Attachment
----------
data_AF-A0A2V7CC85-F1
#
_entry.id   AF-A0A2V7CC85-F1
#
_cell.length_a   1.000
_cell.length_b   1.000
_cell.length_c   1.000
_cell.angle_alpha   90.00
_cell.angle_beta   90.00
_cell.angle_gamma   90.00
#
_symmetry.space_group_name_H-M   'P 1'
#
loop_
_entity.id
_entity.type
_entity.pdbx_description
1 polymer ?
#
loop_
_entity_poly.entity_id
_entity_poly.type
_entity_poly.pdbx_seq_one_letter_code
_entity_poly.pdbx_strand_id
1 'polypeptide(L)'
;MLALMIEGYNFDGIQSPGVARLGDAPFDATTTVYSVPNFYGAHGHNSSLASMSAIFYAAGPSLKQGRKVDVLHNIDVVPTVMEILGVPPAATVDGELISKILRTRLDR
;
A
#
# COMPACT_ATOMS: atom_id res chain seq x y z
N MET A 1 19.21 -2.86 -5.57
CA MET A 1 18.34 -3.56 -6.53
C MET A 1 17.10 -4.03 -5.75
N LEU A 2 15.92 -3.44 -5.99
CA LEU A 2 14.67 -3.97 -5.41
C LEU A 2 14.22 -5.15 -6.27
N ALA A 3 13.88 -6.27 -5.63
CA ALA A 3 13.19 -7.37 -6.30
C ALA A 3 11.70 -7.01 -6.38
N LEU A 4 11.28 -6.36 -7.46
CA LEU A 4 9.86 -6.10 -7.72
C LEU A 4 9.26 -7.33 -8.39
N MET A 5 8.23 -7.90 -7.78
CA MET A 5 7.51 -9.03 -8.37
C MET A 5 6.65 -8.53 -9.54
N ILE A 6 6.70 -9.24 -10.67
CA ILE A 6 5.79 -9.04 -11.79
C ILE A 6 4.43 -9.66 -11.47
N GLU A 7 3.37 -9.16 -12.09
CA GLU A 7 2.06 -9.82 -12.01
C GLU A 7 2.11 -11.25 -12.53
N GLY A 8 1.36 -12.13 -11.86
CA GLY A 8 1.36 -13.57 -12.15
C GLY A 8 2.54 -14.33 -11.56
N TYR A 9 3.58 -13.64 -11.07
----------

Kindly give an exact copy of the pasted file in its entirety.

data_AF-A0A2V7CC85-F1
#
_entry.id   AF-A0A2V7CC85-F1
#
_cell.length_a   1.000
_cell.length_b   1.000
_cell.length_c   1.000
_cell.angle_alpha   90.00
_cell.angle_beta   90.00
_cell.angle_gamma   90.00
#
_symmetry.space_group_name_H-M   'P 1'
#
loop_
_entity.id
_entity.type
_entity.pdbx_description
1 polymer ?
#
loop_
_entity_poly.entity_id
_entity_poly.type
_entity_poly.pdbx_seq_one_letter_code
_entity_poly.pdbx_strand_id
1 'polypeptide(L)'
;MLALMIEGYNFDGIQSPGVARLGDAPFDATTTVYSVPNFYGAHGHNSSLASMSAIFYAAGPSLKQGRKVDVLHNIDVVPTVMEILGVPPAATVDGELISKILRTRLDR
;
A
#
# COMPACT_ATOMS: atom_id res chain seq x y z
N MET A 1 19.21 -2.86 -5.57
CA MET A 1 18.34 -3.56 -6.53
C MET A 1 17.10 -4.03 -5.75
N LEU A 2 15.92 -3.44 -5.99
CA LEU A 2 14.67 -3.97 -5.41
C LEU A 2 14.22 -5.15 -6.27
N ALA A 3 13.88 -6.27 -5.63
CA ALA A 3 13.19 -7.37 -6.30
C ALA A 3 11.70 -7.01 -6.38
N LEU A 4 11.28 -6.36 -7.46
CA LEU A 4 9.86 -6.10 -7.72
C LEU A 4 9.26 -7.33 -8.39
N MET A 5 8.23 -7.90 -7.78
CA MET A 5 7.51 -9.03 -8.37
C MET A 5 6.65 -8.53 -9.54
N ILE A 6 6.70 -9.24 -10.67
CA ILE A 6 5.79 -9.04 -11.79
C ILE A 6 4.43 -9.66 -11.47
N GLU A 7 3.37 -9.16 -12.09
CA GLU A 7 2.06 -9.82 -12.01
C GLU A 7 2.11 -11.25 -12.53
N GLY A 8 1.36 -12.13 -11.86
CA GLY A 8 1.36 -13.57 -12.15
C GLY A 8 2.54 -14.33 -11.56
N TYR A 9 3.58 -13.64 -11.07